There have been at least two attempts to create a "Consumer Reports" type of evaluation service for security and surveillance products in the past. One was started by a consultant like myself, the other by a self-proclaimed "security thought leader". I won't identify their names.

The problem with one was that it relied on manufacturers to support its business model. Each manufacturer would pay to have their product rated and provide the consultant with free equipment to test. In my mind, this service was unfair as it only provided ratings on those manufacturers who "paid to play". I'm not sure that the service ever developed a critical mass and soon fell by the wayside.

The other service had similar conflict of interest problems, as the the person running it would obtain his information primarily through schmoozing with manufacturers and attending industry events rather than conducting independent tests. This guy also had consulting gigs on the side with manufacturers that I felt made his advice anything but objective.

Another person in the industry approached me about 15 years ago and asked about starting a similar service. My advice to him at the time was that while such a service would be valuable, very few people would be willing to pay what it would take to make the service self-sustaining, particularly if the equipment had to be paid for rather than provided by the manufacturer. I did not believe that enough people would be willing to pay a large enough subscription fee to keep the service afloat. I am delighted that John has proven me wrong about this.

As valuable as the IPVM training and product testing is, I feel that the discussion forum is of equal or greater value. Unlike forums that anyone can join, IPVM members have paid a fee to in order to participate, which I feel does a good job of screening out the flakes. When you look at the depth and breadth of the IPVM membership, you have a good representation of the key players in our industry.

Agree 100% and IPVM has established its brand as the worlds leading source for video surveillance information. Not only would it be hard economically, but from a branding perspective Any competitor would have to overcome the IPVM brand. I just think IPVM is too established in a niche business for anybody to effectively challenge them.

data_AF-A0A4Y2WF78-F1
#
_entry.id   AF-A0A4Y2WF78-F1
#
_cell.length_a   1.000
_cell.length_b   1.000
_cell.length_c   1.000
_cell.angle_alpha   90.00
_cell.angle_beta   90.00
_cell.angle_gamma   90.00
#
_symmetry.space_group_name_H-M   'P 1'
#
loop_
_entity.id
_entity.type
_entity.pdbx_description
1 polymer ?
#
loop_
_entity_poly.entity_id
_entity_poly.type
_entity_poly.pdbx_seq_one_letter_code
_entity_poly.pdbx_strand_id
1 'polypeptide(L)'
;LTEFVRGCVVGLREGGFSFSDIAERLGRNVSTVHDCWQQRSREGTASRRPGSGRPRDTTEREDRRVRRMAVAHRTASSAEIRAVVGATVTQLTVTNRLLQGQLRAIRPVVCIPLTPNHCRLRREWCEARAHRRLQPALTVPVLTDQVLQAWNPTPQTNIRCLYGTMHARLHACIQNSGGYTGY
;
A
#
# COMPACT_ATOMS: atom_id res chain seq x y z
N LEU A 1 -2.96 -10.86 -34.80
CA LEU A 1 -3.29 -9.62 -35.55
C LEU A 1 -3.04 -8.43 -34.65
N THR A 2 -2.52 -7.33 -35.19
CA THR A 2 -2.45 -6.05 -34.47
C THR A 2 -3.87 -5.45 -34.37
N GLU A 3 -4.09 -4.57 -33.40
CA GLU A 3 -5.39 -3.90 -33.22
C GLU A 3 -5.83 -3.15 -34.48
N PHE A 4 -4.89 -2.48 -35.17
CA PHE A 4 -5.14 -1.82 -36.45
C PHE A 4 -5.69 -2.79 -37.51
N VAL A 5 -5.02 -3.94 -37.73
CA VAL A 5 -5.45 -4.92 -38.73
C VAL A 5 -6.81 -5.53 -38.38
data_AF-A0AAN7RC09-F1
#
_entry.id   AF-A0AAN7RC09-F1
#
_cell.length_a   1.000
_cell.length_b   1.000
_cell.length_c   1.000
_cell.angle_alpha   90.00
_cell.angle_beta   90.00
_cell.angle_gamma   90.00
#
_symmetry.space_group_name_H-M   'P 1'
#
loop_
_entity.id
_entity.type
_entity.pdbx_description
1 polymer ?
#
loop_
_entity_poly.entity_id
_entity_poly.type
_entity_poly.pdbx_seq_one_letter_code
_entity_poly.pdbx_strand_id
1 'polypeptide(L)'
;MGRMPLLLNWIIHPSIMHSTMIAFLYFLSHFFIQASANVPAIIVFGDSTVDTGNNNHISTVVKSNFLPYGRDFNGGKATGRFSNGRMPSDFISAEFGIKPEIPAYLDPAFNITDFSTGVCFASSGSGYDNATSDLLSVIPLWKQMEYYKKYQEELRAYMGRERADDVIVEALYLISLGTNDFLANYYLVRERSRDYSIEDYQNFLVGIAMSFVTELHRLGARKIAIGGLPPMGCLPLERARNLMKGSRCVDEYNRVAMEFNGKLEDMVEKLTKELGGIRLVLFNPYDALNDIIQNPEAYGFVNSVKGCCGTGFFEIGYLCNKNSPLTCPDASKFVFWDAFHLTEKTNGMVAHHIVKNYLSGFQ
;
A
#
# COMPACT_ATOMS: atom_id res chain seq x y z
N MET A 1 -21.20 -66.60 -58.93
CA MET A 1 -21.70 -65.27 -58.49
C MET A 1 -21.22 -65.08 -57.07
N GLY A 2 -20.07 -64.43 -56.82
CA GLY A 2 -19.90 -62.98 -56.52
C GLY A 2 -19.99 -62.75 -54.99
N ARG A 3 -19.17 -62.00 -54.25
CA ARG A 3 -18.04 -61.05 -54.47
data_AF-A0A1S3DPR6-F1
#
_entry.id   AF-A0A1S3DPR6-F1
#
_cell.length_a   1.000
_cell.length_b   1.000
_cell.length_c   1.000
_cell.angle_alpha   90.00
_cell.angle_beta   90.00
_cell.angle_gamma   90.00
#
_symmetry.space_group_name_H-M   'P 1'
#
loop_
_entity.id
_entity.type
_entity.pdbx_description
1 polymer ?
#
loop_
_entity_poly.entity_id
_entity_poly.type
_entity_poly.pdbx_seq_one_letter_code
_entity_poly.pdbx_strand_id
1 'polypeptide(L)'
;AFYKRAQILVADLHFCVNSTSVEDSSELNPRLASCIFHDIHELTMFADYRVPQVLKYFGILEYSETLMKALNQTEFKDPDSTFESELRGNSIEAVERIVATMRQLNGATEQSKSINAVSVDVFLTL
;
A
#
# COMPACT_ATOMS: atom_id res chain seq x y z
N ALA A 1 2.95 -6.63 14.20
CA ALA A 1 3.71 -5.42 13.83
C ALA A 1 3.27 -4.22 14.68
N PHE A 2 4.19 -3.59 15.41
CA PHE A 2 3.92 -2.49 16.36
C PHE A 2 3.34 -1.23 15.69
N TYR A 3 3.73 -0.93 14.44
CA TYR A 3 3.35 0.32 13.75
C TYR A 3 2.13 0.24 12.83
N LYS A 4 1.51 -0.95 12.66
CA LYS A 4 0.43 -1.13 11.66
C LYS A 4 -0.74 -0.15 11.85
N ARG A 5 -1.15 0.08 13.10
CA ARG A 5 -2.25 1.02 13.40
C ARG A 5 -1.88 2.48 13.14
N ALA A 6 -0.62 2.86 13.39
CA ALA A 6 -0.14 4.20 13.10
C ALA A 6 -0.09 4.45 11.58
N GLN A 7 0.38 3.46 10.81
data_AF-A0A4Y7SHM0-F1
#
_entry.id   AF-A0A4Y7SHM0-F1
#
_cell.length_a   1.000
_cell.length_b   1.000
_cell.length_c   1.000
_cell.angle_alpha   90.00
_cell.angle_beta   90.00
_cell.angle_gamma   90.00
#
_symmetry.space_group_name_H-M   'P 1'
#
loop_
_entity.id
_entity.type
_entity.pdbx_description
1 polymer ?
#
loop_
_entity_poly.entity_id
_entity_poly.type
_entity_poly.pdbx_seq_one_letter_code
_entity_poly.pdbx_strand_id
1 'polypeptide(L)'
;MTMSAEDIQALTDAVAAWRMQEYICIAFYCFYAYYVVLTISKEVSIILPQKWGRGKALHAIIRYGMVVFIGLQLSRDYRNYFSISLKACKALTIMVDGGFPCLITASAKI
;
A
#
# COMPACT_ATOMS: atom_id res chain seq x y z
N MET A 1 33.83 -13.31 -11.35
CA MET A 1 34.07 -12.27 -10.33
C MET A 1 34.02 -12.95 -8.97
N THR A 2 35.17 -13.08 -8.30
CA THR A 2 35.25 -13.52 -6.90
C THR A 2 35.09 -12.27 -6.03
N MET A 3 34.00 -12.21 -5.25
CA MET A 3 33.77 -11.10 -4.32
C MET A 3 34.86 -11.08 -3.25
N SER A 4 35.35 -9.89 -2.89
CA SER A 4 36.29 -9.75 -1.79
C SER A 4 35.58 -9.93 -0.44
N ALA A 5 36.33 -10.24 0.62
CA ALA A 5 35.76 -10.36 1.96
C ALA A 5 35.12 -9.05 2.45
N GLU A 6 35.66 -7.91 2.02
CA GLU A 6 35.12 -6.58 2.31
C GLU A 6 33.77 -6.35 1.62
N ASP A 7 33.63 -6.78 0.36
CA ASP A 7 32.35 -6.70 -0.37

"from a branding perspective Any competitor would have to overcome the IPVM brand."

actually, I don't think this is true.

I think that the fact that there is an existing entity (IPVM) makes it easier to start something either similar or related or peripheral to that existing entity.

John started this thing with nothing to compare/differentiate from.... which I would maintain is a much tougher challenge.

Read the book "Blue Ocean Strategy"

Blue Ocean Strategy is a marketing theory from a book published in 2005 which was written by W. Chan Kim and Renée Mauborgne, professors at INSEAD and co-directors of the INSEAD Blue Ocean Strategy Institute. Based on a study of 150 strategic moves spanning more than a hundred years and thirty industries, Kim & Mauborgne argue that companies can succeed by creating "blue oceans" of uncontested market space, as opposed to "red oceans" where competitors fight for dominance, the analogy being that an ocean full of vicious competition turns red with blood.

So I would argue the opposite. John had no competition (and still doesn't really). I would prefer to be in that position personally.

"So I would argue the opposite. John had no competition (and still doesn't really)."

What is your argument the opposite of?

I stated that imo, it was a tougher challenge to start something new that hadn't been done before - not that it couldn't be done.

I don't need to read a marketing theory study to understand that 'companies can succeed by creating "blue oceans" of uncontested market space, as opposed to "red oceans" where competitors fight for dominance'